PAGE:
The House Judiciary Committee heard testimony from survivors and advocates Thursday on a bill that would eliminate the statute of limitations in civil claims of child sex abuse.
Maryland’s House of Delegates is considering a bill that would eliminate the statute of limitations in civil claims of child sex abuse.
The House Judiciary Committee heard testimony on the bill on Thursday from survivors and advocates. Among them were the bill’s sponsor, Del. C.T. Wilson, who was sexually abused as a child himself.
In addition to firsthand accounts of abuse, the committee heard from various survivor organizations, as well as those who deal with legally pursuing sex abuse cases.
“There are people here, who probably won’t be here next year,” Wilson said in his opening statement to the committee. “And some of them are going to take their own lives, or their lives will end early because of what they went through.”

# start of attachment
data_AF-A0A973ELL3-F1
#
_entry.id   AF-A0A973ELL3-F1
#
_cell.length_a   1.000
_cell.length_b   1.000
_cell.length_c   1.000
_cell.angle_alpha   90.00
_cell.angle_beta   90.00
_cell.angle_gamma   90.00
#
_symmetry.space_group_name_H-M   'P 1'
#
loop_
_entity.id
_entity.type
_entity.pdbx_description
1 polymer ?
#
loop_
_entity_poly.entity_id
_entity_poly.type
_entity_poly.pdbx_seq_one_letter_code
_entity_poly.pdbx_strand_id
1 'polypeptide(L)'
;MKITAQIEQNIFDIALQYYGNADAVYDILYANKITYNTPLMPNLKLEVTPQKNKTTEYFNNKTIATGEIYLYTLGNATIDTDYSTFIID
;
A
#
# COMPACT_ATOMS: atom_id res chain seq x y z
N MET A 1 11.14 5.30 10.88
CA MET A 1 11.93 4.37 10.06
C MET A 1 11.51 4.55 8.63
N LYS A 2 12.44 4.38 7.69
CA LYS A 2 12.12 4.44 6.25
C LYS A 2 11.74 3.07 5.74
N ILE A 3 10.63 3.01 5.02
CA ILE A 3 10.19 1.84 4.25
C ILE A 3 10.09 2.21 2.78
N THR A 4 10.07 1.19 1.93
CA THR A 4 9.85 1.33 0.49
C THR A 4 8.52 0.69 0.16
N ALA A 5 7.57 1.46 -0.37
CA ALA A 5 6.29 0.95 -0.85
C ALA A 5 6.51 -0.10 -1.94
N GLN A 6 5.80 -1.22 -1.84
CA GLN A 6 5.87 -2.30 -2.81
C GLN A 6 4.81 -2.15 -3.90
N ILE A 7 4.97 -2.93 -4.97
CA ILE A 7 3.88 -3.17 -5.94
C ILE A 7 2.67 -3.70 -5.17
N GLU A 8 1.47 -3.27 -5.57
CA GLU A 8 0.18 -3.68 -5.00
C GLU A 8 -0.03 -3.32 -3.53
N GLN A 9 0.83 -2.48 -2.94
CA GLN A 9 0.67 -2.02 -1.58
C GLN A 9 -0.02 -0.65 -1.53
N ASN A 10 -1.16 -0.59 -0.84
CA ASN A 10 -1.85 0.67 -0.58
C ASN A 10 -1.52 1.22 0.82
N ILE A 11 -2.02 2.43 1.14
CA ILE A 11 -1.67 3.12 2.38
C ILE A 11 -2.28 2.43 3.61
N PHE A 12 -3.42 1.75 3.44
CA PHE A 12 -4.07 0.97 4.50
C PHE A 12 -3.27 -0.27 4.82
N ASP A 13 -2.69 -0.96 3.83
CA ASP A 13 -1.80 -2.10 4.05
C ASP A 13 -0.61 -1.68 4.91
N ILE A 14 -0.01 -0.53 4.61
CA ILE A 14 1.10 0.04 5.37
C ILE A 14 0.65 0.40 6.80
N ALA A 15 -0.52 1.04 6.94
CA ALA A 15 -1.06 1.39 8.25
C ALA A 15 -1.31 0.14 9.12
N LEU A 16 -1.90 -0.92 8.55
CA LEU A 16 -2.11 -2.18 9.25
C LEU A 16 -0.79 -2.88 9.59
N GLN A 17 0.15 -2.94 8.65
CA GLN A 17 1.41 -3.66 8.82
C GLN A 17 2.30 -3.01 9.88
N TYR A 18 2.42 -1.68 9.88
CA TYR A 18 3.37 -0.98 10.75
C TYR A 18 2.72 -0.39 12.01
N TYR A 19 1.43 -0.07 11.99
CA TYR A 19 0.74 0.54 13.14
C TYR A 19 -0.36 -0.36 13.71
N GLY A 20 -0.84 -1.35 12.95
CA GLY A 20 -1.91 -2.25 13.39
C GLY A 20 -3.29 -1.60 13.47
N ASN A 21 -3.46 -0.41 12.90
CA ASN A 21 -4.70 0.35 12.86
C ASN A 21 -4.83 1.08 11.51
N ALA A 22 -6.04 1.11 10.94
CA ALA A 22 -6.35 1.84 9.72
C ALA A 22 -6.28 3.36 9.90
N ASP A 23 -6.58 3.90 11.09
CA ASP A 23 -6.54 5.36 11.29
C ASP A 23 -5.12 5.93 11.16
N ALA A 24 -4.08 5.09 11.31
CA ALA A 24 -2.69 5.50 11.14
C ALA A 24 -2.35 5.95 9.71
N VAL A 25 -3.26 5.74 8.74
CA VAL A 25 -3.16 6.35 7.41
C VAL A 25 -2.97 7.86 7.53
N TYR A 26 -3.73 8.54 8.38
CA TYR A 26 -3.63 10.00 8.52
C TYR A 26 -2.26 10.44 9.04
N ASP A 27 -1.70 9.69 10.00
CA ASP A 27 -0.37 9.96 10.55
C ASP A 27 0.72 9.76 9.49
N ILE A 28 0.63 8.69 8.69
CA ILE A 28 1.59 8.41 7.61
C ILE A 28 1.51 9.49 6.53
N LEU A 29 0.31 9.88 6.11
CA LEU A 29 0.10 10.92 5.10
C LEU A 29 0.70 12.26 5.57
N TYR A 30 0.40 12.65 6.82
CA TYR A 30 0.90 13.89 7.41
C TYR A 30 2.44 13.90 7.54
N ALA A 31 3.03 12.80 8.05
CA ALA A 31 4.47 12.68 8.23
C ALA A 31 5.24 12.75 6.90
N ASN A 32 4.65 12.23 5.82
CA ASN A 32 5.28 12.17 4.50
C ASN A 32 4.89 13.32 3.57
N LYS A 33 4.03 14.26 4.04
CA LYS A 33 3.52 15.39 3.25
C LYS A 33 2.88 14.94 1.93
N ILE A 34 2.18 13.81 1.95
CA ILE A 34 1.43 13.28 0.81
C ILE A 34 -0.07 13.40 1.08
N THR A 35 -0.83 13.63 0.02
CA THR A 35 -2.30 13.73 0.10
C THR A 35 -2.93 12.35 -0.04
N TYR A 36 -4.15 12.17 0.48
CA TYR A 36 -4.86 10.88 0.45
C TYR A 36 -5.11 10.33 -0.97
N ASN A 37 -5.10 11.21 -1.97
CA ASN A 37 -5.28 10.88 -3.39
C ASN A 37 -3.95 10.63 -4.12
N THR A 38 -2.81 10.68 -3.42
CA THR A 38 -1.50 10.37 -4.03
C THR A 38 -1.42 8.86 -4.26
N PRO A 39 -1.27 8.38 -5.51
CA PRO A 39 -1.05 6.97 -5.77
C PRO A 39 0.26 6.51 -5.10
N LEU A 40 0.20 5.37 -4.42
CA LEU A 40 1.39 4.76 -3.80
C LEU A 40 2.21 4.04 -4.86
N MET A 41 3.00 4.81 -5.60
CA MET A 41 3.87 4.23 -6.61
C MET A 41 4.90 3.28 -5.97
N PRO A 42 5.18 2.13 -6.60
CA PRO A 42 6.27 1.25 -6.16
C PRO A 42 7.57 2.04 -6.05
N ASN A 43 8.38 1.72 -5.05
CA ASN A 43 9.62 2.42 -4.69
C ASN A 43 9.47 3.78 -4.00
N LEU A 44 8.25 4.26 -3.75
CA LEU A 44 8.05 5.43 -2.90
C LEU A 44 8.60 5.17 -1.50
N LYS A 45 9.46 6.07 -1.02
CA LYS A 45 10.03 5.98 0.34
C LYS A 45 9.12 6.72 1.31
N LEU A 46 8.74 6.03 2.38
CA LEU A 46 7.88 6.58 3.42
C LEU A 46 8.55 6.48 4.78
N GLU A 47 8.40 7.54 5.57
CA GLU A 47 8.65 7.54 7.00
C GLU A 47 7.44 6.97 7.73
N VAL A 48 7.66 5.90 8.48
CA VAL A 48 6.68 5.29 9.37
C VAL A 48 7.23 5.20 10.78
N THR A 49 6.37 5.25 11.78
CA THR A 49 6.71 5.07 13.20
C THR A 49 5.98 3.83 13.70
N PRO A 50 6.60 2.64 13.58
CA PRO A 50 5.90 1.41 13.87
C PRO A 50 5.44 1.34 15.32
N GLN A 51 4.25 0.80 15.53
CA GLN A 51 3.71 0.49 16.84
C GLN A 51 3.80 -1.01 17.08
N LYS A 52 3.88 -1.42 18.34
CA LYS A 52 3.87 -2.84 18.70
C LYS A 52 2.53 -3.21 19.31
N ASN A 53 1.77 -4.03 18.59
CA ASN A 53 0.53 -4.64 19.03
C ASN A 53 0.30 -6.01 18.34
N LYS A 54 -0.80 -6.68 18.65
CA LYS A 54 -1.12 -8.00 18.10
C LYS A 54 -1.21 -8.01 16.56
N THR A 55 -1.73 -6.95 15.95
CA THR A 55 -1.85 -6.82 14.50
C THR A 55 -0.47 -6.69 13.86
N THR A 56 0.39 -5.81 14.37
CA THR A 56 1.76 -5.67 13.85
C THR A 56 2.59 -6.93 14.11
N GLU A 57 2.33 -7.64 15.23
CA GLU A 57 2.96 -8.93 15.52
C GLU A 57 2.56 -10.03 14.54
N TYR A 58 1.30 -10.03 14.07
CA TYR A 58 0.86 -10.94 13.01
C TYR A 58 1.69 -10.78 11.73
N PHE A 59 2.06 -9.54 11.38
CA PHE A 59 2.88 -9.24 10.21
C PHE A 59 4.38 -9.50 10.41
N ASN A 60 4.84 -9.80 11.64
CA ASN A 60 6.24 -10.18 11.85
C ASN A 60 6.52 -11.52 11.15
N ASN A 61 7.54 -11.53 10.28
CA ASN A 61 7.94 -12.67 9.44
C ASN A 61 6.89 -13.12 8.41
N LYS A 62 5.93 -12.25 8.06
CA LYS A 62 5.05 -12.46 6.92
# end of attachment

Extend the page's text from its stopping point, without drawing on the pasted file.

“If I don’t make it to next year, I’m going to give you guys one hell of a fight this year,” Wilson tearfully concluded.
No one at the hearing spoke in opposition to the bill.
Susan Kerin of Catholics for Action, an organization allied with the Survivor Network for those Abused by Priests, says the legal process is an important one for survivors.
“It’s a healing process to have their day in court,” Kerin said.
While the bill only applies to civil claims and not criminal cases, Kerin said that the legislation can end up having an impact on criminal prosecutions.
“Civil cases are an avenue for survivors to collect evidence that can be used in criminal cases,” said Kerin. “Prosecutors are not going to take a case unless they have really strong evidence, and this is a way for them to collect that and really control the process.”
It’s unclear when the committee could vote on the bill.
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